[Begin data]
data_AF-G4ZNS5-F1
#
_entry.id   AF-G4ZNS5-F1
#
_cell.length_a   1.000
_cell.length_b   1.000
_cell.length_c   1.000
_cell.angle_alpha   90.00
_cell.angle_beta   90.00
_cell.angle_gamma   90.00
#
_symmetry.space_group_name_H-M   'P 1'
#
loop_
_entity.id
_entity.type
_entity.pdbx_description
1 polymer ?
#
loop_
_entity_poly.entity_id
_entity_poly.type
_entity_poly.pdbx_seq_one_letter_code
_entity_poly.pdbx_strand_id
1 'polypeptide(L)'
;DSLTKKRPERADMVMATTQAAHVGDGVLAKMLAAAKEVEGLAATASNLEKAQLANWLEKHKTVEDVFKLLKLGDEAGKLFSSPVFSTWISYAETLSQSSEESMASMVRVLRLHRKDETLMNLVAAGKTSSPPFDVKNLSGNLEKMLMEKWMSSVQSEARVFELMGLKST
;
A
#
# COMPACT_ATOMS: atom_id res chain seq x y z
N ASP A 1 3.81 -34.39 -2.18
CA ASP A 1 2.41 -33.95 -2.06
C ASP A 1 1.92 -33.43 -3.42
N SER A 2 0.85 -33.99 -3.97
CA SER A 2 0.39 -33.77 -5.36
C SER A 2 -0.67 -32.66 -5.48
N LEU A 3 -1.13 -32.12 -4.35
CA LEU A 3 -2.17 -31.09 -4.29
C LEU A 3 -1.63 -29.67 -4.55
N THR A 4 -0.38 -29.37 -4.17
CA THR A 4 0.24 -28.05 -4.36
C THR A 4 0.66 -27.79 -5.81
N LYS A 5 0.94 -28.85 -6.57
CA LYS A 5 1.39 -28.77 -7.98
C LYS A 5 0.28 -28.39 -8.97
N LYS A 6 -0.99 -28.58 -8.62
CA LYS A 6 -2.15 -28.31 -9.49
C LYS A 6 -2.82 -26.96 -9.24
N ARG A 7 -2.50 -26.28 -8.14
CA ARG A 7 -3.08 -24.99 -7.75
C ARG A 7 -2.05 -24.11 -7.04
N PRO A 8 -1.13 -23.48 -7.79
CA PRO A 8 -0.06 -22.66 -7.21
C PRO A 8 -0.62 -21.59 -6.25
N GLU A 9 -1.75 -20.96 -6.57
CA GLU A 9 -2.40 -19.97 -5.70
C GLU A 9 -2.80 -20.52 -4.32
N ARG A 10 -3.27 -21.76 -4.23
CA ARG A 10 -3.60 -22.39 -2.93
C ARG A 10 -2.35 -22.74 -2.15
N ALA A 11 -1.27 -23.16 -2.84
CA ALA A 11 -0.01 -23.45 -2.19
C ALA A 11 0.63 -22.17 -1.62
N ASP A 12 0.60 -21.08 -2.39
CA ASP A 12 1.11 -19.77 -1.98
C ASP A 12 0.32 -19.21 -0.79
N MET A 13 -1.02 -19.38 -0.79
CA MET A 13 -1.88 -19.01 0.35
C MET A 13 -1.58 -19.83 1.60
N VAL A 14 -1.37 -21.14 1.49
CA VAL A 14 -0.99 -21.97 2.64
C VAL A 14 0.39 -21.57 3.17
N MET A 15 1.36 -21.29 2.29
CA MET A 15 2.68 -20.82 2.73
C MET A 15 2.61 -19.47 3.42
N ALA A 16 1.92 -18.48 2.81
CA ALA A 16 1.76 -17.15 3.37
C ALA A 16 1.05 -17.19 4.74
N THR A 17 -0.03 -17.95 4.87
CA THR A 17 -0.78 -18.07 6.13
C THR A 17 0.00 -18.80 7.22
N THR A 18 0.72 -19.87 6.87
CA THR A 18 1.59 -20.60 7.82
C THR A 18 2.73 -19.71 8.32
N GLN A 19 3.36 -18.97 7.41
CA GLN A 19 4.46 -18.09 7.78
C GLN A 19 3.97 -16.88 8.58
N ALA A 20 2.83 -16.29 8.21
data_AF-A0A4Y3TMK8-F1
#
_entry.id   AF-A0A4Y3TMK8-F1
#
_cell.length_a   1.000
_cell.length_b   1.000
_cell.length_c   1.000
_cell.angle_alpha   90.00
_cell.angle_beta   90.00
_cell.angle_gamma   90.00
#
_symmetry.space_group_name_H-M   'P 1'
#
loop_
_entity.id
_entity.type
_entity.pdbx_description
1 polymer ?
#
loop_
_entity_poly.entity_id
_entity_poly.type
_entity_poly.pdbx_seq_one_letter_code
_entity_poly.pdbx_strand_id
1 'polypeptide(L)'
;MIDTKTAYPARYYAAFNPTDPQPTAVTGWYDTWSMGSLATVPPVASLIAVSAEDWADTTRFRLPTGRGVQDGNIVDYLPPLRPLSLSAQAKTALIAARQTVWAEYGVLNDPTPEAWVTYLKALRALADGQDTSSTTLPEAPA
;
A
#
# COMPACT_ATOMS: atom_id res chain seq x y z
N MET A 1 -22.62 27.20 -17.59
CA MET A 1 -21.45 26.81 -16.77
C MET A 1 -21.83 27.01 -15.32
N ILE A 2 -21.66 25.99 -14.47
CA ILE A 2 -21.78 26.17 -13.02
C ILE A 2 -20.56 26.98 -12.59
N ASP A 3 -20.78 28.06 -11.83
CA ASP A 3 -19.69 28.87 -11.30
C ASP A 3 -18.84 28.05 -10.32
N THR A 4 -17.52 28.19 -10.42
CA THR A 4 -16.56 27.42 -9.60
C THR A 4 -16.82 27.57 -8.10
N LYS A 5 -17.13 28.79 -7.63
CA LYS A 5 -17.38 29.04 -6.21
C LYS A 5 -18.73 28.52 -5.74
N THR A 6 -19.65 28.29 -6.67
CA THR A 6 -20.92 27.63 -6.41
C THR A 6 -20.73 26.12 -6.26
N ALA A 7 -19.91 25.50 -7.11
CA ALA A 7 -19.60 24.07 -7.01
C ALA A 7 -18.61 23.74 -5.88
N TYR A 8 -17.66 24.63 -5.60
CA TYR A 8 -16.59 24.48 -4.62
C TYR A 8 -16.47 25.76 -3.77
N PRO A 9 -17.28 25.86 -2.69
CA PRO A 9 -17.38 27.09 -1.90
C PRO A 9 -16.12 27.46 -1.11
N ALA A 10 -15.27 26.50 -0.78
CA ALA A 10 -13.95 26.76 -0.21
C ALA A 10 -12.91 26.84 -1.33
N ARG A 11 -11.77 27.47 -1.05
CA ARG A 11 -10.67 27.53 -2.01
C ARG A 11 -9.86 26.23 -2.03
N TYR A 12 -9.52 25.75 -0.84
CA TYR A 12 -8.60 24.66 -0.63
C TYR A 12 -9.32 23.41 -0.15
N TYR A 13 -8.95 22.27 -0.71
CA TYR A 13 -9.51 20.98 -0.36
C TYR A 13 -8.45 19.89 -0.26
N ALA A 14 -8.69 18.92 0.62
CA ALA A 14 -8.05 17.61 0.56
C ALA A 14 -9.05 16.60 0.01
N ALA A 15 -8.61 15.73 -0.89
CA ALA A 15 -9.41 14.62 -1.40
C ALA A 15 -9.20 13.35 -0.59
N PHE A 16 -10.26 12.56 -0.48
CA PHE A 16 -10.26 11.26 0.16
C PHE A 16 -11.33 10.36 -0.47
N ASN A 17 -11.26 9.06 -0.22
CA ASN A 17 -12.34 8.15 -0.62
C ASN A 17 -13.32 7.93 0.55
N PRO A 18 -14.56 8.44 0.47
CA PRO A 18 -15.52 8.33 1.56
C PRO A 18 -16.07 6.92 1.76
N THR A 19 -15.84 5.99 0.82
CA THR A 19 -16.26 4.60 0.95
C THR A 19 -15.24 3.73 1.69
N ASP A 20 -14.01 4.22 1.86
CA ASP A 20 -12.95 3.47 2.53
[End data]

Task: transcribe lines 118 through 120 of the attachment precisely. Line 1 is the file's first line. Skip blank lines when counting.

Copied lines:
# COMPACT_ATOMS: atom_id res chain seq x y z
N MET A 1 -22.62 27.20 -17.59
CA MET A 1 -21.45 26.81 -16.77